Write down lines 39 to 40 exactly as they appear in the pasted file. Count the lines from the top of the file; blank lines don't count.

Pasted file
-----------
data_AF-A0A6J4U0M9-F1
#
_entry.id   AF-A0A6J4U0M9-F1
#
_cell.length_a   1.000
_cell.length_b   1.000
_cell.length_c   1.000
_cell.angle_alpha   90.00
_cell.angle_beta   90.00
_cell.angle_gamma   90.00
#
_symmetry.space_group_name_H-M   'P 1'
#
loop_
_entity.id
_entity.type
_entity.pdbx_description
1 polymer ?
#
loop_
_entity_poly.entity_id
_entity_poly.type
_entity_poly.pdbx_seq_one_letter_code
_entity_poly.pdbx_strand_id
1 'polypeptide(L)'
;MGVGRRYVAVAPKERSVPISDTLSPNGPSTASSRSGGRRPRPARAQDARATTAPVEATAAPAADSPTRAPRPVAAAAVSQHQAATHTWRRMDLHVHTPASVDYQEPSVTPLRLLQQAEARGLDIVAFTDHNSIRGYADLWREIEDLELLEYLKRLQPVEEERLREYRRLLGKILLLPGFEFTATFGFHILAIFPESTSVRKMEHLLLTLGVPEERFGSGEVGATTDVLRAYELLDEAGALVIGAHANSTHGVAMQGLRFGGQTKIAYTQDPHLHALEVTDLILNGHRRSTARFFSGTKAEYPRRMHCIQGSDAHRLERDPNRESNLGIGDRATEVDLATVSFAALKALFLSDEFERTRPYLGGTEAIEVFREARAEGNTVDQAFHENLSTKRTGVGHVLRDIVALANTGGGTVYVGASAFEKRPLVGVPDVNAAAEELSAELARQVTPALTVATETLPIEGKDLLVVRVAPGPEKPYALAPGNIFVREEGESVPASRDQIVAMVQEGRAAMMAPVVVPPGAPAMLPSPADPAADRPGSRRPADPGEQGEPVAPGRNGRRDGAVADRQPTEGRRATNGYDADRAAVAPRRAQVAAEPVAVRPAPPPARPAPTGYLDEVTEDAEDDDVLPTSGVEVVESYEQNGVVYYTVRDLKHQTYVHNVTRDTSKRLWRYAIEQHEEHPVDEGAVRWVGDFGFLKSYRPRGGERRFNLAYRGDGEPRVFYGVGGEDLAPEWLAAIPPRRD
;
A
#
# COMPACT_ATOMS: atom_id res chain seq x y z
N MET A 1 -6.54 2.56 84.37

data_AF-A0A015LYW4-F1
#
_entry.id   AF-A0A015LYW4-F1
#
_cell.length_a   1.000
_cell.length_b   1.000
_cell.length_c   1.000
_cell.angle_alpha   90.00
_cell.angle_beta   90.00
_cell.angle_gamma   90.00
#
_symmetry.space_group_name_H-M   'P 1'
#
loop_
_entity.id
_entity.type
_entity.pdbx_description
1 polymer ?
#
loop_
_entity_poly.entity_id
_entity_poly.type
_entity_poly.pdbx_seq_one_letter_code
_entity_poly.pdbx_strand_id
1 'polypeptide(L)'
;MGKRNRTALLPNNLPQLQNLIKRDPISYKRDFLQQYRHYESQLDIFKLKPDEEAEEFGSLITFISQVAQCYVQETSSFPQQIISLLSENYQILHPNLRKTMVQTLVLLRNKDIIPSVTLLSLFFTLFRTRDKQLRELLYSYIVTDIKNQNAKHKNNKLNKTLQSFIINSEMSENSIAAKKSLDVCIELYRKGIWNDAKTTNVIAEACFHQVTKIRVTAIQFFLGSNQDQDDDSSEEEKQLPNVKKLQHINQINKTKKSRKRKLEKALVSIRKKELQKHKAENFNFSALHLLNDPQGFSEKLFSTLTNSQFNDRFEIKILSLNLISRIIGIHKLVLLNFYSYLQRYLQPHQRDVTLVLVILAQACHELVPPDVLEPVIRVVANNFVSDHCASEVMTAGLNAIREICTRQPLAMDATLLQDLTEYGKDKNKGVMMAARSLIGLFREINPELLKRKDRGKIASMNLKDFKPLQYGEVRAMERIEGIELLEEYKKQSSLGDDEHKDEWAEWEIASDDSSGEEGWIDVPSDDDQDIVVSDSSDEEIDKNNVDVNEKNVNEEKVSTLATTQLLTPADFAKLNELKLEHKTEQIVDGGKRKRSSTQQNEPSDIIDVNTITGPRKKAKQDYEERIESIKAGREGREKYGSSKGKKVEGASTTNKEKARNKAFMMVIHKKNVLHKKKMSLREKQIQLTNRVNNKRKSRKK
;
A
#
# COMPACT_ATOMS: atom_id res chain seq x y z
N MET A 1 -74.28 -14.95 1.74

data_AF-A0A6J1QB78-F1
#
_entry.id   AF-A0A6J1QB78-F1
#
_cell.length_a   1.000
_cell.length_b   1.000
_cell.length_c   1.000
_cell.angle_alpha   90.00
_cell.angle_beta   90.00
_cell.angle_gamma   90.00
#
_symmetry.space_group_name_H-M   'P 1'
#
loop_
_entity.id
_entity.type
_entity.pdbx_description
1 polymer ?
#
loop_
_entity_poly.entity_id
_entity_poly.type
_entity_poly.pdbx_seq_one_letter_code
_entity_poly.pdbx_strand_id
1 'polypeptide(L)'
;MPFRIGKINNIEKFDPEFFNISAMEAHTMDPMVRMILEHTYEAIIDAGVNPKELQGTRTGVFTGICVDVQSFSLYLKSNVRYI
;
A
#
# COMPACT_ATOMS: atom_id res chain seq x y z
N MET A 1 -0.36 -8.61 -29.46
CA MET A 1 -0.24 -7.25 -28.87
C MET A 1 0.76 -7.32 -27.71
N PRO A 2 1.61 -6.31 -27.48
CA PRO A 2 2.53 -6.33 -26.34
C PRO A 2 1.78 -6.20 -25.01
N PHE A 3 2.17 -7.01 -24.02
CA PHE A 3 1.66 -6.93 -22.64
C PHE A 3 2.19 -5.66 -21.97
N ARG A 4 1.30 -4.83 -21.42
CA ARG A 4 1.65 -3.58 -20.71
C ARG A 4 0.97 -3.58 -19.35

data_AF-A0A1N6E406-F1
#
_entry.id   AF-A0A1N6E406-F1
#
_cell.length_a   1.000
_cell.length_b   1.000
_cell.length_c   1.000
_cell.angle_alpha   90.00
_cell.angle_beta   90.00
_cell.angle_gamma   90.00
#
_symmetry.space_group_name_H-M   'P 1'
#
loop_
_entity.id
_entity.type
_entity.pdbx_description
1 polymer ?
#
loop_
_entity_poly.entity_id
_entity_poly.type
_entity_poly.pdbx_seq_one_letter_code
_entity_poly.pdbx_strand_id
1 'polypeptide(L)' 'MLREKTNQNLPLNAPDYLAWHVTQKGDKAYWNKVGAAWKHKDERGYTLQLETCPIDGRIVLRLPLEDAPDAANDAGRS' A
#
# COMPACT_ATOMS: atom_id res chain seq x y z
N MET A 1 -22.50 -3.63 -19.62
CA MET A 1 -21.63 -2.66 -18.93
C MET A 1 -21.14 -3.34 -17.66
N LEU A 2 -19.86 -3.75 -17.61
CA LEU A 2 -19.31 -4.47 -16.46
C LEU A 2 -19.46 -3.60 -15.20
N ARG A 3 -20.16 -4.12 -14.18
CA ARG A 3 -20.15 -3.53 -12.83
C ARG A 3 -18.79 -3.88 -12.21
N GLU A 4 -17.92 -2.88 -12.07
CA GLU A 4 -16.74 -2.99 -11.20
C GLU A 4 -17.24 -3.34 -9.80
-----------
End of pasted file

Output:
_cell.angle_alpha   90.00
_cell.angle_beta   90.00